“There are different aspects to it but less so than it would have been in the past. I think the line between film and television has blurred a lot in the last number of years because of the advent of what people call the golden age of high end television, great stories being told in a very rich and authored way.

“Since that has happened, a lot of directors who would previously have been pretty much exclusively working in film have started to work in film and television. One of the things that I noticed doing Normal People is although there are differences and it’s episodic and there are aesthetic differences that are hard to define, there’s no radical distinction between them anymore. The level of intensity that we brought to it creatively and the collaboration and sense of creative freedom, all of those were there in Normal People in a way that I would think previously maybe would have been only there in a feature film.”

Since his 2004 debut about drug addicts Adam & Paul, Lenny Abrahamson has been revered as one of Ireland’s most exciting film-makers. He would follow it up with the powerful Garage which starred Pat Shortt before What Richard Did brought him to international recognition and launched Jack Reynor towards a Hollywood career.

Michael Fassbender in Frank.

Lenny went on to direct Michael Fassbender, Domhnall Gleeson and Maggie Gyllenhaal in Frank before he was nominated for the Best Director Oscar for Room, his adaptation of Emma Donoghue’s novel. Brie Larson won a Best Actress award for her portrayal of a mother raising her son in captivity.

Has the Oscar nomination changed things for Lenny? “Yes, definitely things have changed. Not in a massive way. Things got easier in one respect. You don’t have to introduce yourself when you meet people in the industry, the chances are they’ll know who you are and know your work. That helps, that greases the wheels and you can get to meet cast and talk to people about projects more easily. That’s a nice bonus of a little bit of success.

“I suppose the downside is that expectation but you learn to just get on with what it is that you do and not think too hard about what other people are thinking. I think that’s true in life generally and certainly for me I’ve tried to just keep doing the things that I want to do.

“I think the real danger is your own expectations. If you become too keen on the success part and the things that go with it, it probably warps your decisions about the sorts of projects you take on and the scale of things that you do. I think it’s just important to be mindful of that and not get led by the wrong impulses.”

Jack Reynor in What Richard Did.

Another film you can catch in the upcoming festival is Calm with Horses. Starring Barry Keoghan, Niamh Algar and Cosmo Jarvis, the tale of crime in rural Ireland is one to watch out for.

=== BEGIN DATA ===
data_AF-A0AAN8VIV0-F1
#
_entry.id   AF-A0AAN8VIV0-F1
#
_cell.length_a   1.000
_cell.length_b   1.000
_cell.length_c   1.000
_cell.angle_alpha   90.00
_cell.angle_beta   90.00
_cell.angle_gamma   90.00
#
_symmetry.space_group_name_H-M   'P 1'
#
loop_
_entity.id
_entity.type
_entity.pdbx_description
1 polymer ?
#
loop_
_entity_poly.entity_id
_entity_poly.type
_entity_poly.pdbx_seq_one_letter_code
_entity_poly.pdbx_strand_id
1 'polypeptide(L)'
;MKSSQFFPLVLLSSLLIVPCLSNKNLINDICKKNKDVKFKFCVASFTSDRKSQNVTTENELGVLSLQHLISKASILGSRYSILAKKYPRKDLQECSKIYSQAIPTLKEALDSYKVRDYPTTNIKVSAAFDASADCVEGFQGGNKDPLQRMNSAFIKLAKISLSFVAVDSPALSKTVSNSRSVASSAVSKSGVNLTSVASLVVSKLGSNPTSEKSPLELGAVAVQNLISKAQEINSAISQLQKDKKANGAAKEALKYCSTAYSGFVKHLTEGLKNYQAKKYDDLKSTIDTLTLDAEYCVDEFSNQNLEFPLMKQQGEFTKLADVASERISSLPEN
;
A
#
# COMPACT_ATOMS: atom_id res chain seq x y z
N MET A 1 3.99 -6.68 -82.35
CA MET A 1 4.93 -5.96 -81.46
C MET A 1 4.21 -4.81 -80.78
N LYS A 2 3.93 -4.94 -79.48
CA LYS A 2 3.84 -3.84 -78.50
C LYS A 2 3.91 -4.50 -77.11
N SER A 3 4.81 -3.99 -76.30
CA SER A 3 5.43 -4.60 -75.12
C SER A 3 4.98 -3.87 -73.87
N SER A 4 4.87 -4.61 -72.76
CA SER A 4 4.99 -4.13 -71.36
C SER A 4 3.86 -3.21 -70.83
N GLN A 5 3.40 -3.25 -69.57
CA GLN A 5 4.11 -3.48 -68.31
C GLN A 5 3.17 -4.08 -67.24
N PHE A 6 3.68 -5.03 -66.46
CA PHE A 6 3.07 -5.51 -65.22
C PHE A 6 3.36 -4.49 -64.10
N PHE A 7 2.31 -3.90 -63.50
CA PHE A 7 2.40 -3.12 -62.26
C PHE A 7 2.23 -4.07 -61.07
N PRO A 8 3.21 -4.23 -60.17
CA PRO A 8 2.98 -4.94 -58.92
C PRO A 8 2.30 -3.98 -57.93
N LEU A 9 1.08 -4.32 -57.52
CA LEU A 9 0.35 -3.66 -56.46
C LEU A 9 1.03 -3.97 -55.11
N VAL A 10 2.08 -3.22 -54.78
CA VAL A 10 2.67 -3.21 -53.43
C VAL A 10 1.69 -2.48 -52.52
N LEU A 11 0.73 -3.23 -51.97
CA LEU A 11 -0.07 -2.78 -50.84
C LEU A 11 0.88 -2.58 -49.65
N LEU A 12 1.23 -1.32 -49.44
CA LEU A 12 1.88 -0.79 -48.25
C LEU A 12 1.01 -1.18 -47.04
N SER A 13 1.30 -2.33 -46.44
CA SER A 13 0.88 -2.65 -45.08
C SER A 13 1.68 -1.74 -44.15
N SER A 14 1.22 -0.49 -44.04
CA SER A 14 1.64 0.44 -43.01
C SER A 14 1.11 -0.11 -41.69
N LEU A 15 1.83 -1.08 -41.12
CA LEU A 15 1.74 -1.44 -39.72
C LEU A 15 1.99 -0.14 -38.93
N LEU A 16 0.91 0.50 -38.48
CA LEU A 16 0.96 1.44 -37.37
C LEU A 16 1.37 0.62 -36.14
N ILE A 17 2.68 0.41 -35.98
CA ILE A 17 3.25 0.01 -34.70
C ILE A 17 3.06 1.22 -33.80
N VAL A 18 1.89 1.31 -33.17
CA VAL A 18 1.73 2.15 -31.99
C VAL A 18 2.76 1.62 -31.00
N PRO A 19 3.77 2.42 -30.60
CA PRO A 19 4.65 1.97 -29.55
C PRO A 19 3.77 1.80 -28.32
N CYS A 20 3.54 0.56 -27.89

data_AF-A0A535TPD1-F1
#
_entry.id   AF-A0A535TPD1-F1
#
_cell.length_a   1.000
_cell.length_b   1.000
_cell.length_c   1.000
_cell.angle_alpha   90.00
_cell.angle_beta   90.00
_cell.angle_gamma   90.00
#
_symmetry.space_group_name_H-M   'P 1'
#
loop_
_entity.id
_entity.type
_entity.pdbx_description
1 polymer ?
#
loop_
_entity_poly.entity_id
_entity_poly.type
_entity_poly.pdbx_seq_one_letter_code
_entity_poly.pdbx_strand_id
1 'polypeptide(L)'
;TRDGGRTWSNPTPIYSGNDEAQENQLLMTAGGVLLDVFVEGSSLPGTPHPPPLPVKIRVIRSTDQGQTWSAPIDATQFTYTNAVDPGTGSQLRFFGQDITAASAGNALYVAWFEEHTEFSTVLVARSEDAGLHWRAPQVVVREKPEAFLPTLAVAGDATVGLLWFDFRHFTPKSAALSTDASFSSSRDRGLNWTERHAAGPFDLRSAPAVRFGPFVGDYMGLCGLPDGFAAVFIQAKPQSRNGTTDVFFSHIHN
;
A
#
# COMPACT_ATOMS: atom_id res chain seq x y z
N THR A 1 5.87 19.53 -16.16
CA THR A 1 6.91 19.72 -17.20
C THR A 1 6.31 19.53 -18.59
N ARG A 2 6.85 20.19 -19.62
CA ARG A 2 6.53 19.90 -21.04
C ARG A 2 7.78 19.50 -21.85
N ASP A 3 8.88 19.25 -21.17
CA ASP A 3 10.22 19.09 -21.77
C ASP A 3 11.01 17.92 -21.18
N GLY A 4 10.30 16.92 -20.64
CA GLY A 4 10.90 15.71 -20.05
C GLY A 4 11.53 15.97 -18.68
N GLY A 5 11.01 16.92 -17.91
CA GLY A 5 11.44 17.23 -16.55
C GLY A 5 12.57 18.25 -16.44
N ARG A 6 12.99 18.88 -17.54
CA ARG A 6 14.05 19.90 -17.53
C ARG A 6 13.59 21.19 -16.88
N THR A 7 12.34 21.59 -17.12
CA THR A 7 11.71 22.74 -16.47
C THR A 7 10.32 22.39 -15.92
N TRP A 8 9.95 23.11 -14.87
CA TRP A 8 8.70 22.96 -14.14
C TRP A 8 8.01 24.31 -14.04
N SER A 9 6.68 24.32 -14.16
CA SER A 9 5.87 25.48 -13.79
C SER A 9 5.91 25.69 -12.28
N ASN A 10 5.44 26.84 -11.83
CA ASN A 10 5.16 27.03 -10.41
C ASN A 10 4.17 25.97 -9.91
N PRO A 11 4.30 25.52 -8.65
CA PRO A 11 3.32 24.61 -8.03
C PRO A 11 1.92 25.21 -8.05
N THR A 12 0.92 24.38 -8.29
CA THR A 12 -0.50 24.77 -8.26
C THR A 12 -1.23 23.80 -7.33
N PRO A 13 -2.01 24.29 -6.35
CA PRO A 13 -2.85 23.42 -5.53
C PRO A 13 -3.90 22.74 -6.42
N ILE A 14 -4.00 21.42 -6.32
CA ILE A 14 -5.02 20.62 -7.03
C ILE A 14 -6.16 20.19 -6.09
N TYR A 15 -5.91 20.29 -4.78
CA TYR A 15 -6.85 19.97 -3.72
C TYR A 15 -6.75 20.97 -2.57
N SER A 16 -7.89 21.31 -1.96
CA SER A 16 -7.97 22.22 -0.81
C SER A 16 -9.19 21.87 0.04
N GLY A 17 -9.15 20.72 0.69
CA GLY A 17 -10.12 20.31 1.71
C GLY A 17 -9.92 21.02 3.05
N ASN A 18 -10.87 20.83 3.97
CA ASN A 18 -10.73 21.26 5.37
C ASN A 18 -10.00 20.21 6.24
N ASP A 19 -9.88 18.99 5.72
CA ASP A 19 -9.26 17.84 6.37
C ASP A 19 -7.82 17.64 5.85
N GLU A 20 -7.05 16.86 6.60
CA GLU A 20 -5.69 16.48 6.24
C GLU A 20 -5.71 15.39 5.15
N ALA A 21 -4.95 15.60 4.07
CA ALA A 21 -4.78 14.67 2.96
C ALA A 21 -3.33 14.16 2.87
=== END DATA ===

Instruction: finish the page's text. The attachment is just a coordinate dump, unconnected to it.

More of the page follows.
Would Lenny agree it is an exciting time for Irish film-making? “Yes, I would. That’s been building, that momentum and that head of steam has been building since the film board was reinstated by Michael D Higgins all those years ago. What we’re seeing now and what we’ve been seeing for the last few years is the fruit of that commitment to the arts generally and film in particular here and the continuous funding that’s happened.

“There haven’t been these hiatuses where people have been developing their talents and then the whole industry gets a kick in the teeth and has to pick itself up again.

“We’ve been operating like a functioning European industry for quite a while now and so all these people who started 20 years ago have had a chance to build a career with some pretty astonishing results in the context of us being such a small country, making so much work that’s travelled and that people have really cared about, that has done well and has been rewarded and awarded.

“I think we’re in a really good phase at the moment.”

Asked what has excited Lenny recently, he reveals: “I remember seeing Michael Inside which is a really great film. I thought, ‘God, that’s such a mature piece of film-making’. And it was from a film-maker whose work I hadn’t known before and you just think, ‘God, that’s so amazing’.

“There’s so much depth here now that there are all these people, you can be surprised. Back in the day, you knew absolutely everybody who had picked up a camera within the last five years because there were so few. Now you can just be surprised by all these new voices so I thought that was brilliant.

“I have loved a lot of the comedy stuff that has happened here as well like The Young Offenders and Derry Girls and all that stuff: So much energy and talent and creativity on display, it’s really exciting.”

Check out our interview with Normal People’s lead actors Paul Mescal and Daisy Edgar-Jones here.

For information on Irish Film London, go to the website here

Normal People is on BBC One on Mondays, all epiosdes available on BBC iPlayer.